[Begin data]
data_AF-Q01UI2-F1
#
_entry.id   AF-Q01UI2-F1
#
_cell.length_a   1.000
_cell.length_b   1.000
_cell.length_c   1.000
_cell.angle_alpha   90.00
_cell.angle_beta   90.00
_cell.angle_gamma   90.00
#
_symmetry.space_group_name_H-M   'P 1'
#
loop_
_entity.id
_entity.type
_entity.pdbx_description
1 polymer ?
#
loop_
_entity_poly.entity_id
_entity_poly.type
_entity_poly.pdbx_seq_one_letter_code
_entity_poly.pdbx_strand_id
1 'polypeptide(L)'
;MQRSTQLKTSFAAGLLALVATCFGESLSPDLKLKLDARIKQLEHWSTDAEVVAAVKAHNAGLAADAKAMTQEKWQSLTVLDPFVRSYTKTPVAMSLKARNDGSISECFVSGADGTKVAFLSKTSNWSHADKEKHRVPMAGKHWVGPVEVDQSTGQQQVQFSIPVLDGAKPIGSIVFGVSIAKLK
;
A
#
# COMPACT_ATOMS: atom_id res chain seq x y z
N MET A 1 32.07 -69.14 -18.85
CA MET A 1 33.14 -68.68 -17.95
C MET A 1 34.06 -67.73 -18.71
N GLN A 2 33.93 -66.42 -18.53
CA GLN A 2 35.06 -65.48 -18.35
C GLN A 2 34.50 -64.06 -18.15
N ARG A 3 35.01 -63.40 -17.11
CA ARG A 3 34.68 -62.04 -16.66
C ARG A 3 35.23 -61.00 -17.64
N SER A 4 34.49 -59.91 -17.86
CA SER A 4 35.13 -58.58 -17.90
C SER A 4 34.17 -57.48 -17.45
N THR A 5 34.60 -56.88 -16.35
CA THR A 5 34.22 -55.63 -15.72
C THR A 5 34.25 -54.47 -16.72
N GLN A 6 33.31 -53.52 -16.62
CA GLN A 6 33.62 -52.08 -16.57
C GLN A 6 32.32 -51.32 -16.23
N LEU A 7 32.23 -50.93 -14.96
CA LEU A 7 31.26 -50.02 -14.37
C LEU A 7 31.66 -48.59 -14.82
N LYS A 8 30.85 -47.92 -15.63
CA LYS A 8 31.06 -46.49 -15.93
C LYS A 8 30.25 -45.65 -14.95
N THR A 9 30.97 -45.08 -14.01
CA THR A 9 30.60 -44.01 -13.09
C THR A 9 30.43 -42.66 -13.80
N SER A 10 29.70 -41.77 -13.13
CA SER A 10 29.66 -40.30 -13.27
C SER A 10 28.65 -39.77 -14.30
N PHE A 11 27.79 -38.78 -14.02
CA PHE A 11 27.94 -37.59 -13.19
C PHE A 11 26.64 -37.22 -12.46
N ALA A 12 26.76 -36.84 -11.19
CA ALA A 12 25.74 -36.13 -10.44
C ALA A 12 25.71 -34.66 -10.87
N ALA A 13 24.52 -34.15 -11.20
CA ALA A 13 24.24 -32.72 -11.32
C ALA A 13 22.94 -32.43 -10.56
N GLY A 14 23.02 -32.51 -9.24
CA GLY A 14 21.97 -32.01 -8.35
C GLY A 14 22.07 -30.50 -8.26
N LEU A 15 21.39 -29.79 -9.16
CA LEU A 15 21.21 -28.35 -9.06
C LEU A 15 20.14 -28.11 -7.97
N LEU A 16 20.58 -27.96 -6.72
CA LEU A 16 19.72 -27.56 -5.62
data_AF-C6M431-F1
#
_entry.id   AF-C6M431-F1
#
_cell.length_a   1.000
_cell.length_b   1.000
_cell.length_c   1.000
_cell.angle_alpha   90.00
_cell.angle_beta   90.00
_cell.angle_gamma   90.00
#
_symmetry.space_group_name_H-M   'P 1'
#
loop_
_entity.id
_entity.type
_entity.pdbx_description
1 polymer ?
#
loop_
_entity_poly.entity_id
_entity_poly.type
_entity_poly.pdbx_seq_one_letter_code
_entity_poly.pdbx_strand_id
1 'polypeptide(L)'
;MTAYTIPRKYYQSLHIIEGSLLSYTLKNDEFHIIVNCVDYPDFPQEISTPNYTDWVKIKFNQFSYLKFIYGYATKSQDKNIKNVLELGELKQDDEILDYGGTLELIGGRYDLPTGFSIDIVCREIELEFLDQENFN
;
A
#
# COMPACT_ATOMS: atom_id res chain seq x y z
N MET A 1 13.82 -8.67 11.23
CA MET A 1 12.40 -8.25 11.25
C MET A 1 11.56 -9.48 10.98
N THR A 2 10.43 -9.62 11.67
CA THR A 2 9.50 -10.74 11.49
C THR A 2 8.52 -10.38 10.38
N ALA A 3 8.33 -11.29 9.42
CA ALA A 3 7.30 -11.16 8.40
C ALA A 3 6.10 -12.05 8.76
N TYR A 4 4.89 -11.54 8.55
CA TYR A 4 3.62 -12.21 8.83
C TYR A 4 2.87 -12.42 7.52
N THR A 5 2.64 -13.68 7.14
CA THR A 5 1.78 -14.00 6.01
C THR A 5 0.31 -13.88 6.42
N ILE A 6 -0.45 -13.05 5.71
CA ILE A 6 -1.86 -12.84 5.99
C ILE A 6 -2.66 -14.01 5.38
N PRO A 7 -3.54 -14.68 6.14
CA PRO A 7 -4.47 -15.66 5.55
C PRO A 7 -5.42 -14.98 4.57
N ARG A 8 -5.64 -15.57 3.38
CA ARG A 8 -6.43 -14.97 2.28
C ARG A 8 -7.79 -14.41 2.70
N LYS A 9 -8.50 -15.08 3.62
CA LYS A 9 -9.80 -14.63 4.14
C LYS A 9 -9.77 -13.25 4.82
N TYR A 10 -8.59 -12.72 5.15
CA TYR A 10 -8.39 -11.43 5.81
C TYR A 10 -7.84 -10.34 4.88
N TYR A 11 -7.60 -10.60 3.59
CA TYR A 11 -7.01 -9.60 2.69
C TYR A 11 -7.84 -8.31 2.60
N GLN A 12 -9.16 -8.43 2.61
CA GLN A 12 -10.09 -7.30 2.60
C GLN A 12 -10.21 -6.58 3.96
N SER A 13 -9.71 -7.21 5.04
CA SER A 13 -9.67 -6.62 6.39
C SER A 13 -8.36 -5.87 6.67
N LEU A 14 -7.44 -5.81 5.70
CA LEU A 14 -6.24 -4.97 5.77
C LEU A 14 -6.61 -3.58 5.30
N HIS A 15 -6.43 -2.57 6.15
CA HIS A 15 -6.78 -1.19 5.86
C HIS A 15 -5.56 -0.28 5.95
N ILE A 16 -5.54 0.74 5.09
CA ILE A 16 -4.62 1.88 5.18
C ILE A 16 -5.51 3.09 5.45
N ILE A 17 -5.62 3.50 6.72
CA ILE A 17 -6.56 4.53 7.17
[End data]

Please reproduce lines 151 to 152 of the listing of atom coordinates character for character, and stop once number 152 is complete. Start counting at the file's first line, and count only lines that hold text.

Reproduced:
CA HIS A 15 -6.78 -1.19 5.86
C HIS A 15 -5.56 -0.28 5.95